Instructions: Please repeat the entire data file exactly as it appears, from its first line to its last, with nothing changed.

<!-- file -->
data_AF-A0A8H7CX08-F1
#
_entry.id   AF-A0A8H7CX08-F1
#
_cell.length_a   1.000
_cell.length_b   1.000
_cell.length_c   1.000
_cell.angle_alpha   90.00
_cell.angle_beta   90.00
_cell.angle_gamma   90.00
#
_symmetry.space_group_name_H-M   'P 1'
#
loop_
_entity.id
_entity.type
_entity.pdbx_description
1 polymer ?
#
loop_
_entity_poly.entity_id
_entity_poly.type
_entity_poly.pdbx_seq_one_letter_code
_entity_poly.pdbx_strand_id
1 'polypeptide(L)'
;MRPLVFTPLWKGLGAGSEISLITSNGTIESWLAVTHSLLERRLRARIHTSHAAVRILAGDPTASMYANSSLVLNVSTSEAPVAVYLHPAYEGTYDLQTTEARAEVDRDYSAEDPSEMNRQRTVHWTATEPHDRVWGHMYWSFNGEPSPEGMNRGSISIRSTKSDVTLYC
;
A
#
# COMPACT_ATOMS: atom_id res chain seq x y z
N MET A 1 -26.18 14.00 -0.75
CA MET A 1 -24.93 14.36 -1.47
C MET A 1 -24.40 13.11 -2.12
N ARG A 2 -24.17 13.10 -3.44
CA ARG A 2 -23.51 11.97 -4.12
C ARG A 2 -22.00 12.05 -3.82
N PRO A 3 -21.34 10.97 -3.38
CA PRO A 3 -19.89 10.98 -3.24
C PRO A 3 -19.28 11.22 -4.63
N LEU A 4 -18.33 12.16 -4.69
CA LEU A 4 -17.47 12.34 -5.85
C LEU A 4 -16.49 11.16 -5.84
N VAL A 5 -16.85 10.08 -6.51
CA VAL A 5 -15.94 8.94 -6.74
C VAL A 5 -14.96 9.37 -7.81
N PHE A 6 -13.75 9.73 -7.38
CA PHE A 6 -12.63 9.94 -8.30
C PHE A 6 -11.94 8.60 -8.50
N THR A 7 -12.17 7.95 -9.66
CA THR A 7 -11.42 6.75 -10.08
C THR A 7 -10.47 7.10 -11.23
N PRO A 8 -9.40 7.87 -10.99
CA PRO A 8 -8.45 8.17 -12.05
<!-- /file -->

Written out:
data_AF-A0A8H7CX08-F1
#
_entry.id   AF-A0A8H7CX08-F1
#
_cell.length_a   1.000
_cell.length_b   1.000
_cell.length_c   1.000
_cell.angle_alpha   90.00
_cell.angle_beta   90.00
_cell.angle_gamma   90.00
#
_symmetry.space_group_name_H-M   'P 1'
#
loop_
_entity.id
_entity.type
_entity.pdbx_description
1 polymer ?
#
loop_
_entity_poly.entity_id
_entity_poly.type
_entity_poly.pdbx_seq_one_letter_code
_entity_poly.pdbx_strand_id
1 'polypeptide(L)'
;MRPLVFTPLWKGLGAGSEISLITSNGTIESWLAVTHSLLERRLRARIHTSHAAVRILAGDPTASMYANSSLVLNVSTSEAPVAVYLHPAYEGTYDLQTTEARAEVDRDYSAEDPSEMNRQRTVHWTATEPHDRVWGHMYWSFNGEPSPEGMNRGSISIRSTKSDVTLYC
;
A
#
# COMPACT_ATOMS: atom_id res chain seq x y z
N MET A 1 -26.18 14.00 -0.75
CA MET A 1 -24.93 14.36 -1.47
C MET A 1 -24.40 13.11 -2.12
N ARG A 2 -24.17 13.10 -3.44
CA ARG A 2 -23.51 11.97 -4.12
C ARG A 2 -22.00 12.05 -3.82
N PRO A 3 -21.34 10.97 -3.38
CA PRO A 3 -19.89 10.98 -3.24
C PRO A 3 -19.28 11.22 -4.63
N LEU A 4 -18.33 12.16 -4.69
CA LEU A 4 -17.47 12.34 -5.85
C LEU A 4 -16.49 11.16 -5.84
N VAL A 5 -16.85 10.08 -6.51
CA VAL A 5 -15.94 8.94 -6.74
C VAL A 5 -14.96 9.37 -7.81
N PHE A 6 -13.75 9.73 -7.38
CA PHE A 6 -12.63 9.94 -8.30
C PHE A 6 -11.94 8.60 -8.50
N THR A 7 -12.17 7.95 -9.66
CA THR A 7 -11.42 6.75 -10.08
C THR A 7 -10.47 7.10 -11.23
N PRO A 8 -9.40 7.87 -10.99
CA PRO A 8 -8.45 8.17 -12.05